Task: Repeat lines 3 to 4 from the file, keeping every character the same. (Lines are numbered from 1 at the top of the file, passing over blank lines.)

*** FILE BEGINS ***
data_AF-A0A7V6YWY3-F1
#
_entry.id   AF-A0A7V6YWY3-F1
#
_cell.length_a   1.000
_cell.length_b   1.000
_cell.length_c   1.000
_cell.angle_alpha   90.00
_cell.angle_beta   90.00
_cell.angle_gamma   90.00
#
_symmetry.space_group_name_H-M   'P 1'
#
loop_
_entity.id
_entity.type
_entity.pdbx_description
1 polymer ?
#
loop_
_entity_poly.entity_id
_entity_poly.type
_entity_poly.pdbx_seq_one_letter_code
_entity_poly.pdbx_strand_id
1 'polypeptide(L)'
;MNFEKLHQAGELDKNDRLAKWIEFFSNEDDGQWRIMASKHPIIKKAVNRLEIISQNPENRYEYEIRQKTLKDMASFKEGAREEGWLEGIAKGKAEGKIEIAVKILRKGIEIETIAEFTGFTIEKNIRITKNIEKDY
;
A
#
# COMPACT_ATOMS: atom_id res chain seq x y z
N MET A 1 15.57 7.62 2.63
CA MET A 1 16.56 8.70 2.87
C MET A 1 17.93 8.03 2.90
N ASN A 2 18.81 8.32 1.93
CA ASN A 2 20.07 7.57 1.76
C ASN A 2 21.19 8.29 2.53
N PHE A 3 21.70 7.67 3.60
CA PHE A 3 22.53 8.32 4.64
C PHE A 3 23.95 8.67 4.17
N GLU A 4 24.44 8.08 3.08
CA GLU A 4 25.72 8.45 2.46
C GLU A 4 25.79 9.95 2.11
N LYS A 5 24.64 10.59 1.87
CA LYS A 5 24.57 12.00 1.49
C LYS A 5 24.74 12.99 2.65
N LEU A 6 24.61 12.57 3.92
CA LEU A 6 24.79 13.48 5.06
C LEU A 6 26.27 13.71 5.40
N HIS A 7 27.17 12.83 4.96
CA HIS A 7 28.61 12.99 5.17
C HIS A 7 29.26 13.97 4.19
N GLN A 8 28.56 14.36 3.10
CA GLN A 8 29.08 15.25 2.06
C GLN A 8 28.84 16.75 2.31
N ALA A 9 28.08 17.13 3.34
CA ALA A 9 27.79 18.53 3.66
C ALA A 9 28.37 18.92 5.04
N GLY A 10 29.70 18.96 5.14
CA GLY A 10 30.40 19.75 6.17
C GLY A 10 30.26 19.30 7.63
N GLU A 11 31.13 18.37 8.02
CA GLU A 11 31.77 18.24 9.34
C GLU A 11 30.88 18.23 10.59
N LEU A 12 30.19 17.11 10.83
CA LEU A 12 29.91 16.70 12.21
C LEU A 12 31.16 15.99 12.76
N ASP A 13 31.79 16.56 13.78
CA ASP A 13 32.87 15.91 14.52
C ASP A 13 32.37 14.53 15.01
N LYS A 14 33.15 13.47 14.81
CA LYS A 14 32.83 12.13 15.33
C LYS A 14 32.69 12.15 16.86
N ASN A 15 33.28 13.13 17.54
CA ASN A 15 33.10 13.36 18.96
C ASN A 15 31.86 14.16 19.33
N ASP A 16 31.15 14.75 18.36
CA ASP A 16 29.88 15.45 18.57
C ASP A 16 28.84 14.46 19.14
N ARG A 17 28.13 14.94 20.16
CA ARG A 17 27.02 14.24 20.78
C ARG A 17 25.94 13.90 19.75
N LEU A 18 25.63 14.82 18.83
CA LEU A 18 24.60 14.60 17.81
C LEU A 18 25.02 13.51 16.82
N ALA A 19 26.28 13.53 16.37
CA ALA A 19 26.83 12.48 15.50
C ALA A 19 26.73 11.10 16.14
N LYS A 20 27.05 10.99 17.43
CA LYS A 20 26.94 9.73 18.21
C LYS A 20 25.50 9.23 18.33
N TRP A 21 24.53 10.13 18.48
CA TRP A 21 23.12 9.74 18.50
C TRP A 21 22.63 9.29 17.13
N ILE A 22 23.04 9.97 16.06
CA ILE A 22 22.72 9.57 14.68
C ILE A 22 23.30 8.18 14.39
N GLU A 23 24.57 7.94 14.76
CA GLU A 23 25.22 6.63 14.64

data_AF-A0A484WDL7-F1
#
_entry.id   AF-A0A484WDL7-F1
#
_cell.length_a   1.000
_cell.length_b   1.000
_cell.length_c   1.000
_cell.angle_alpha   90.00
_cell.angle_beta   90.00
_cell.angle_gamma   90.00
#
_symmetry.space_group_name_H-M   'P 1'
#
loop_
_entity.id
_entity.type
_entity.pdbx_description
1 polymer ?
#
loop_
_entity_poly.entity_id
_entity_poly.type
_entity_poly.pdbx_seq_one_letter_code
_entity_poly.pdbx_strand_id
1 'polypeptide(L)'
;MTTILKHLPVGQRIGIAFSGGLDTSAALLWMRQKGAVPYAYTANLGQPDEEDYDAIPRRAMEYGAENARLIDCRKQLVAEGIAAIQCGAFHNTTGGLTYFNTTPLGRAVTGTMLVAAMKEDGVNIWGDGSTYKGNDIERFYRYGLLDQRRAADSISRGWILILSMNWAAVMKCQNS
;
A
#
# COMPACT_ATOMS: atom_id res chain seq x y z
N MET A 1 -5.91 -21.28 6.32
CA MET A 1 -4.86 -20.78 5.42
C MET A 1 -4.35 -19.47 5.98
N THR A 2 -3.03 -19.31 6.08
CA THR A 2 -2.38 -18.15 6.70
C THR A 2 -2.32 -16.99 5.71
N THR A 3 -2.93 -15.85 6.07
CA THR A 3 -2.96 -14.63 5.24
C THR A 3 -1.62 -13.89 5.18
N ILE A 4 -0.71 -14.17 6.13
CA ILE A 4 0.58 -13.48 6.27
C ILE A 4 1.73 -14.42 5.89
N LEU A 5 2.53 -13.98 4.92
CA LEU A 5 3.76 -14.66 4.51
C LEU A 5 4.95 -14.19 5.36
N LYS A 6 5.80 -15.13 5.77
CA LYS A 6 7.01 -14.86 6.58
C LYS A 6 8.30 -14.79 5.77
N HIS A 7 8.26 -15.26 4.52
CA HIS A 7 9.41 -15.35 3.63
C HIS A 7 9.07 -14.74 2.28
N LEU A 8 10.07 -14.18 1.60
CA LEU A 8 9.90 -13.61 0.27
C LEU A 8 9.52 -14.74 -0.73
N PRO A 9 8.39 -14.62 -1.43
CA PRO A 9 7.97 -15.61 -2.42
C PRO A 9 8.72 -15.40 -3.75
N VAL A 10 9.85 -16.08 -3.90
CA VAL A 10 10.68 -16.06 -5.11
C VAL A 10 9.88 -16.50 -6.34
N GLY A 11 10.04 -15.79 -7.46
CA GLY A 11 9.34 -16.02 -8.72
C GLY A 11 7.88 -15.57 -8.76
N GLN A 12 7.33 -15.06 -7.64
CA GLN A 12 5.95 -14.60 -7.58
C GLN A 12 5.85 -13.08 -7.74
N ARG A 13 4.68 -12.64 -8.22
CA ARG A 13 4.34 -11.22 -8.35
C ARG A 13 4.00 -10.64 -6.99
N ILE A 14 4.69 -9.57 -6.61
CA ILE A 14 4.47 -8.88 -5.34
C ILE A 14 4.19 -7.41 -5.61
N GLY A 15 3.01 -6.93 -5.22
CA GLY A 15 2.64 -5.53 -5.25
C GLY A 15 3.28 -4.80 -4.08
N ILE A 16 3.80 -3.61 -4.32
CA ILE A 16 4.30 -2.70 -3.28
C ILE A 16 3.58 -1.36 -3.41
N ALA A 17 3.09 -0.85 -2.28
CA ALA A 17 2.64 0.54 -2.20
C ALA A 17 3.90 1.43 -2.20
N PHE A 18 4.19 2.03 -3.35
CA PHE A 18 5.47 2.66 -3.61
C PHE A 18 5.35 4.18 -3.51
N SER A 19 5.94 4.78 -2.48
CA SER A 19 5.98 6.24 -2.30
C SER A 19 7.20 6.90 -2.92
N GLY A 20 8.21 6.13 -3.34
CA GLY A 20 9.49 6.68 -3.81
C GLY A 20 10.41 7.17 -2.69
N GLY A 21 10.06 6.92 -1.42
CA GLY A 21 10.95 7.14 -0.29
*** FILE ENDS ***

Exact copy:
_entry.id   AF-A0A7V6YWY3-F1
#